Words by George Douglas-Davies
Edit by MYSHUBOX.COM Editorial Team
The Met Gala was described most accurately by Vogue affiliate Andre Leon Talley as ‘the Super Bowl of fashion events’ and is the only fundraiser where you won’t find selfies, publicists and Coco Rocha, as all are reportedly banned. The first Monday in May marks the grand opening of the annual glitzy, blockbuster style Gala benefit at the Metropolitan Museum of Art. Each year, US Vogue editor Anna Wintour, her army of generals at the magazine and curator Andrew Bolton pledge their support to raise money for the Costume Institute. Ticket prices are over £20,000 and tables are priced at £200,000 – last years affair raised in excess of £9 million.
Throughout its 73 year history, patrons attending the soiree (designers, celebrities, politicians, prominent business people) are tasked to uphold dress code, taking cue from the theme of the exhibition. Past displays have included; China: Through the Looking Glass, Punk: Chaos to Couture and Anglo Mania: Tradition and Transgression in British Fashion, however the focus of this years high profile charity event is thought to be the most controversial yet.
For 2018, the theme is Heavenly Bodies: Fashion and the Catholic Imagination. Note: no crucifixes, capes, tiaras of thorns or swaddling cloth. Religion has proved to be a great source of inspiration for the creative arts industry and has featured in pieces by all the greats. Think Leonardo da Vinci’s gigantic mural of The Last Supper or Shakespeare’s referencing of the afterlife throughout his work. More recently and less appropriately, comedian Elijah Daniel provided his modern day interpretation of the Bible to include Donald Trump as Satan, a Jesus that turned water into mimosas and Rihanna as God. A strange coincidence that the much-worshipped songstress will be co-hosting the Gala this year…
For avid advocates of the arts, it will come as no surprise that the Fashion Bible takes creative insight from the actual Bible. For instance, French designer Jean Paul Gaultier has been referencing Catholicism in reverence since the 80s, with stained glass window prints and Virgin Mary inspired hairdos. Though Gaultier’s penchant for pontification may have been the most publicised, he is not the only culprit. It would be easier to count the times Christian Lacroix made pieces that weren’t derived from religious iconography, than those adorned with paper doily halos, gold crucifixes and holy embroidery. Models in his campaigns and catwalks have been so heavily decorated with pomp and ornamentation, that you would be forgiven for kneeling before them if they passed you in the street.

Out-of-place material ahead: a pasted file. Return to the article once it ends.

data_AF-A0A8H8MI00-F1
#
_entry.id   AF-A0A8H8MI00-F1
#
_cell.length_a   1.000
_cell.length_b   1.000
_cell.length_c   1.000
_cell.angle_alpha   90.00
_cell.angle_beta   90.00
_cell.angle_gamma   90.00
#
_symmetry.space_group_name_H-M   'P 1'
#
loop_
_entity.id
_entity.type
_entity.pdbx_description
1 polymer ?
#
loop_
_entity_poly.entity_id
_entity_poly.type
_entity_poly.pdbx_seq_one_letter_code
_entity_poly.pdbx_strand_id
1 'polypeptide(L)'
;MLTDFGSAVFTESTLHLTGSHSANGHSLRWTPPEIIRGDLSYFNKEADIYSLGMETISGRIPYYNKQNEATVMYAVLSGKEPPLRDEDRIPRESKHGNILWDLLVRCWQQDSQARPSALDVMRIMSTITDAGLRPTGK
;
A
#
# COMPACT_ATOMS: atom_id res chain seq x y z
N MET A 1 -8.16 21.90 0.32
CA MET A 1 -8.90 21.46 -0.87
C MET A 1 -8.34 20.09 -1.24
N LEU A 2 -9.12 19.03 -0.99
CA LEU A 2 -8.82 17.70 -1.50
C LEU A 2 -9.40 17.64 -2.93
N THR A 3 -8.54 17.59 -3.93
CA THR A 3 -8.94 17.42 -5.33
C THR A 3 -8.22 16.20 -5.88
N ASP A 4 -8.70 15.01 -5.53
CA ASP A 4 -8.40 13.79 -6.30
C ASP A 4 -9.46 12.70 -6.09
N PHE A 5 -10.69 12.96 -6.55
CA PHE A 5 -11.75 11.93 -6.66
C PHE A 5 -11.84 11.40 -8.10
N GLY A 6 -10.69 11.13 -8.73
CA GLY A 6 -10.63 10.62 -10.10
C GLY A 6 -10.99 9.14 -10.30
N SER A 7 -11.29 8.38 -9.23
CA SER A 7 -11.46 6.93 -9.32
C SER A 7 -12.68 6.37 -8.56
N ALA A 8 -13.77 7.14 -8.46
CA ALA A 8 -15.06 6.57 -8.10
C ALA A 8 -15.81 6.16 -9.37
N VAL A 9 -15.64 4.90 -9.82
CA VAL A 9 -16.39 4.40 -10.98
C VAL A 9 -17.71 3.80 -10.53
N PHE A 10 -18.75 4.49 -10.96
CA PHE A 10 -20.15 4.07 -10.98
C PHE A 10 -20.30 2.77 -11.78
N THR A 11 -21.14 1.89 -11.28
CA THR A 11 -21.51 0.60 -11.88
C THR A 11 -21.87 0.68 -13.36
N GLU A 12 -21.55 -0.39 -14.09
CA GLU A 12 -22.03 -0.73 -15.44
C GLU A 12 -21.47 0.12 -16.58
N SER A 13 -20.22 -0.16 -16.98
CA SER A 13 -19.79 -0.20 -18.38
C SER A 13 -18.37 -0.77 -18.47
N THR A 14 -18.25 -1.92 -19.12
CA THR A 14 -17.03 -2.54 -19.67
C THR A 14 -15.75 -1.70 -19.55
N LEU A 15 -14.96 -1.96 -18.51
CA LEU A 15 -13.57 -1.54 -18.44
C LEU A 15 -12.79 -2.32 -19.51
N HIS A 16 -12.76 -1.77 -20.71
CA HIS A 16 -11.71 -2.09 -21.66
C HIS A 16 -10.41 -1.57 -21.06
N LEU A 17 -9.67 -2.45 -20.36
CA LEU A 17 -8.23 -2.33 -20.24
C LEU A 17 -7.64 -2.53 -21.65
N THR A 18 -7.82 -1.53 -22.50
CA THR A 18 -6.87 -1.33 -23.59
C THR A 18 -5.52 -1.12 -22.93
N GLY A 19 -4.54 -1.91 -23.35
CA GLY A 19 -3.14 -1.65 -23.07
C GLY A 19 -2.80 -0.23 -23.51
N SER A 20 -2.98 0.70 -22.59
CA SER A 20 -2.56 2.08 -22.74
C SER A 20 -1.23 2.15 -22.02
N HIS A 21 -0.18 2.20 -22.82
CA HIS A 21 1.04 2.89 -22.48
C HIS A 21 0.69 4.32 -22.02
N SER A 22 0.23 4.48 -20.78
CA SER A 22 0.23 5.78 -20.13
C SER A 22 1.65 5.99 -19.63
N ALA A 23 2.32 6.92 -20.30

Unsurprisingly, the majority of ecclesiastically inclined designers are from Roman Catholicism’s capital, Italy. Religious motifs are practically the calling card of Italian designers. Dolce & Gabbana’s Fall Winter 2014 presentation, ‘Tailored Mosaic’ saw the Milanese Design House experiment with the 6th century mosaics from the Italian Cathedral of Monreale. Versace also tend to include similar religious imagery, they sent Nicki Minaj to the 54th Grammy Awards dressed as a priest. Following closely in scriptural pursuit is Ricardo Tisci, whose work at Givenchy was heavily inspired by his Catholic upbringing. Tisci’s use of provocative religious symbolism during his tenure at Givenchy resulted in a raised profile for the brand, new clients and a signature look that we may see referenced during the Gala on May 7th.
As an indicator of what to expect, we suggest looking to Madonna (not to be confused with The Madonna) who has been photographed on the red carpet of the Met Gala since 1997, is muse to many designers and is renowned for her ability to turn heads. Though she has been threatened with ex-communication (her previous world tours have been described by prominent members of the Church as a “blasphemous challenge to the faith and a profanation of the cross”) we’re sure that the ‘Queen of pop’ is set to sport a sectarian style shocker at the event. For her, nothing is sacrosanct and her theological inspirations run across decades. The central themes during her 1990 Blond Ambition Tour were Catholicism and Sexuality which engendered controversy.
Other celebrity attendees may include Lady Gaga who’s provocation of faith ranges from latex cassocks, habits and beehive crucifixes. We are sure to see Kim Kardashian and her disciples, who will probably ‘break the internet’ in something sheer and sparkly. Met Gala veteran, Katy Perry may even recycle her 2013 look: a Dolce & Gabbana cocktail dress featuring the Virgin Mary.
Wherever inspiration is found for the festivities expect the extraordinary abilities of the design house artisans to be on show – we predict exquisite, intricate displays of craftsmanship to adorn accessories and a love of rich textures and bold hues to be evident throughout the evening.